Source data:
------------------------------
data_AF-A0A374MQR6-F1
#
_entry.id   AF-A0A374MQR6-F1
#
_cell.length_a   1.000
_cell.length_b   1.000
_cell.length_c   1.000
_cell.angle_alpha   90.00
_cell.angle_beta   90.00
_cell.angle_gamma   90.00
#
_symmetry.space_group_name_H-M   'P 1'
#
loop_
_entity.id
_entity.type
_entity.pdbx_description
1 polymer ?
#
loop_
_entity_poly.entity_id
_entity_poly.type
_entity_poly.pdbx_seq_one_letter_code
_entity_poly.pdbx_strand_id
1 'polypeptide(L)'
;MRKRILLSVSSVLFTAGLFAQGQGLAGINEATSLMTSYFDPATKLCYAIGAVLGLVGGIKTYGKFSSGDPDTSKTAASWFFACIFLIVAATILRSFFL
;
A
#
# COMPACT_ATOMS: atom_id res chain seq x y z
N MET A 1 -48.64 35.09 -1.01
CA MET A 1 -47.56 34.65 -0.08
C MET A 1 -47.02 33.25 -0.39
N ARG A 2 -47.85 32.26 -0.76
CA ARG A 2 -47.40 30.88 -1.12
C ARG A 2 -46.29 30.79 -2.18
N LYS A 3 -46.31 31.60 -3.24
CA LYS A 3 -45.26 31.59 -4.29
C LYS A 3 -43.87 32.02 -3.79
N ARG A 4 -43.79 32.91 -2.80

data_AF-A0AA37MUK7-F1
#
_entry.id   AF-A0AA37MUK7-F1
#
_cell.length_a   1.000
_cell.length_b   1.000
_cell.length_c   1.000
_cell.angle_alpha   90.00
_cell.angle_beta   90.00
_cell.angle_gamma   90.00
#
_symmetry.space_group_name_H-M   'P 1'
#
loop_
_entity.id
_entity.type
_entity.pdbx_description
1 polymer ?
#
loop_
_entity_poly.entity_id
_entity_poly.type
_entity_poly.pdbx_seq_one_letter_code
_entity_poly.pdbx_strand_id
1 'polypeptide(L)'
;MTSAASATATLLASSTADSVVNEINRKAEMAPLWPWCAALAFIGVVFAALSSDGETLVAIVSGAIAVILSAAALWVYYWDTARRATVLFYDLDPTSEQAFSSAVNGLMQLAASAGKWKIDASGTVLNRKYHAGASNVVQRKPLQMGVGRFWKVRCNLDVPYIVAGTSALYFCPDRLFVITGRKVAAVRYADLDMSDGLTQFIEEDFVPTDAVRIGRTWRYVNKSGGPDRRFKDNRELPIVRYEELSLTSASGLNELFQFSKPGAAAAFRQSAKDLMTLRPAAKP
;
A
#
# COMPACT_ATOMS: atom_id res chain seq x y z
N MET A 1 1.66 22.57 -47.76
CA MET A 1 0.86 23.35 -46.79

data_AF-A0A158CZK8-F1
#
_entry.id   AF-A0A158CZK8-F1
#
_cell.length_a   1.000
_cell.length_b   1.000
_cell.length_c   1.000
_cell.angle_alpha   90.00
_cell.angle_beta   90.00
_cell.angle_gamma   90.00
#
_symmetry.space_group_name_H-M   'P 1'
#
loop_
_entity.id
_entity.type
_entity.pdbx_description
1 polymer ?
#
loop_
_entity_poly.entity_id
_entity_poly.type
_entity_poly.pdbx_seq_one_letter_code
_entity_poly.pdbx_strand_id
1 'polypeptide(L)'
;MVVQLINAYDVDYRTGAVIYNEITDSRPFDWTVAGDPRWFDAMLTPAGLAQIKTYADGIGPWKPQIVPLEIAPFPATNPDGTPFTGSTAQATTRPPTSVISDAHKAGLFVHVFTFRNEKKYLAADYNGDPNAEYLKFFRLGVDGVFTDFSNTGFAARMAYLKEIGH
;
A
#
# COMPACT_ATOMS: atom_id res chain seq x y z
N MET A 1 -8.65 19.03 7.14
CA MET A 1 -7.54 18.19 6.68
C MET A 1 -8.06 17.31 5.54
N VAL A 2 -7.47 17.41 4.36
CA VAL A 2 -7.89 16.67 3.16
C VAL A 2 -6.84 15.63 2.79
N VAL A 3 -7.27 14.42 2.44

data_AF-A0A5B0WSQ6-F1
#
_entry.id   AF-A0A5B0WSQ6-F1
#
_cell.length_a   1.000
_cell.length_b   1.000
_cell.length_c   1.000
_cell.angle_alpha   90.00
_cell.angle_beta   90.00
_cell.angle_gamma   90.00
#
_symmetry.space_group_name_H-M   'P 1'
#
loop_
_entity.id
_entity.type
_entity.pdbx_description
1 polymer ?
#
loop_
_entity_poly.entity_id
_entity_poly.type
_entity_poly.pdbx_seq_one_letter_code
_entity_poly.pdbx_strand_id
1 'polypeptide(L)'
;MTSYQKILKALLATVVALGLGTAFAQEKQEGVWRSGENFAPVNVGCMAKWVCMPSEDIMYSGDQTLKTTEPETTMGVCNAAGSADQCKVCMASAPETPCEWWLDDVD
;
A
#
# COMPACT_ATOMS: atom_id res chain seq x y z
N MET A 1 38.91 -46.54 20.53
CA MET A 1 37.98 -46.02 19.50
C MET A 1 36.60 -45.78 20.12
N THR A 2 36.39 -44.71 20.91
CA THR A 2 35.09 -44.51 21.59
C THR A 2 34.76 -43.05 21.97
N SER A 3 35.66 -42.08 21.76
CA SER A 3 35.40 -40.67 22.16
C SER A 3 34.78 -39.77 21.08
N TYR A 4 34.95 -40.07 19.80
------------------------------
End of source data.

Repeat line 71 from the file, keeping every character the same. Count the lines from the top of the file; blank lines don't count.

N MET A 1 1.66 22.57 -47.76